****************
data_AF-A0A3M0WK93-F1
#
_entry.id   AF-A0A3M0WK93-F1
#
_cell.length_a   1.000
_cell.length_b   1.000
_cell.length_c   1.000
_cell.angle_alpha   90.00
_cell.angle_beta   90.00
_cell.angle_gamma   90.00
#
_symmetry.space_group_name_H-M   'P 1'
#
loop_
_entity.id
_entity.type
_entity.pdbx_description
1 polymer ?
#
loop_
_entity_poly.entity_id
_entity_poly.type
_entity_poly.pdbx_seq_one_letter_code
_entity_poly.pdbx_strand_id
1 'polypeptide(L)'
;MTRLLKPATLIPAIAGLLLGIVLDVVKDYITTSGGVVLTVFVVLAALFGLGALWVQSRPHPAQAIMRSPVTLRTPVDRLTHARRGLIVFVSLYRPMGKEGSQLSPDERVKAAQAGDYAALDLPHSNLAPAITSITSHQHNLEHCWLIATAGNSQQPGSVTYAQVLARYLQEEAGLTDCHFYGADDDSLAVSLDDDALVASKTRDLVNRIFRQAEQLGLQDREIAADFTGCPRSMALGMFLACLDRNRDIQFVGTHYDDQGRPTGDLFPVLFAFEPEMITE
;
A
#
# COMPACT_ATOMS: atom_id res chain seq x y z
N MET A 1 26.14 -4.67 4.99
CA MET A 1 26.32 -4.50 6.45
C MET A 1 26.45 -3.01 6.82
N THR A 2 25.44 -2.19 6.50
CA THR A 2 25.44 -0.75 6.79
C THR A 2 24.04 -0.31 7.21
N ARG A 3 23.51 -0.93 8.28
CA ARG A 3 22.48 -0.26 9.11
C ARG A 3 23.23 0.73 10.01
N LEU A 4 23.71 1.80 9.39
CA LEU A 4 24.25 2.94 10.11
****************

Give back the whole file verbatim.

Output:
data_AF-A0A3M0WK93-F1
#
_entry.id   AF-A0A3M0WK93-F1
#
_cell.length_a   1.000
_cell.length_b   1.000
_cell.length_c   1.000
_cell.angle_alpha   90.00
_cell.angle_beta   90.00
_cell.angle_gamma   90.00
#
_symmetry.space_group_name_H-M   'P 1'
#
loop_
_entity.id
_entity.type
_entity.pdbx_description
1 polymer ?
#
loop_
_entity_poly.entity_id
_entity_poly.type
_entity_poly.pdbx_seq_one_letter_code
_entity_poly.pdbx_strand_id
1 'polypeptide(L)'
;MTRLLKPATLIPAIAGLLLGIVLDVVKDYITTSGGVVLTVFVVLAALFGLGALWVQSRPHPAQAIMRSPVTLRTPVDRLTHARRGLIVFVSLYRPMGKEGSQLSPDERVKAAQAGDYAALDLPHSNLAPAITSITSHQHNLEHCWLIATAGNSQQPGSVTYAQVLARYLQEEAGLTDCHFYGADDDSLAVSLDDDALVASKTRDLVNRIFRQAEQLGLQDREIAADFTGCPRSMALGMFLACLDRNRDIQFVGTHYDDQGRPTGDLFPVLFAFEPEMITE
;
A
#
# COMPACT_ATOMS: atom_id res chain seq x y z
N MET A 1 26.14 -4.67 4.99
CA MET A 1 26.32 -4.50 6.45
C MET A 1 26.45 -3.01 6.82
N THR A 2 25.44 -2.19 6.50
CA THR A 2 25.44 -0.75 6.79
C THR A 2 24.04 -0.31 7.21
N ARG A 3 23.51 -0.93 8.28
CA ARG A 3 22.48 -0.26 9.11
C ARG A 3 23.23 0.73 10.01
N LEU A 4 23.71 1.80 9.39
CA LEU A 4 24.25 2.94 10.11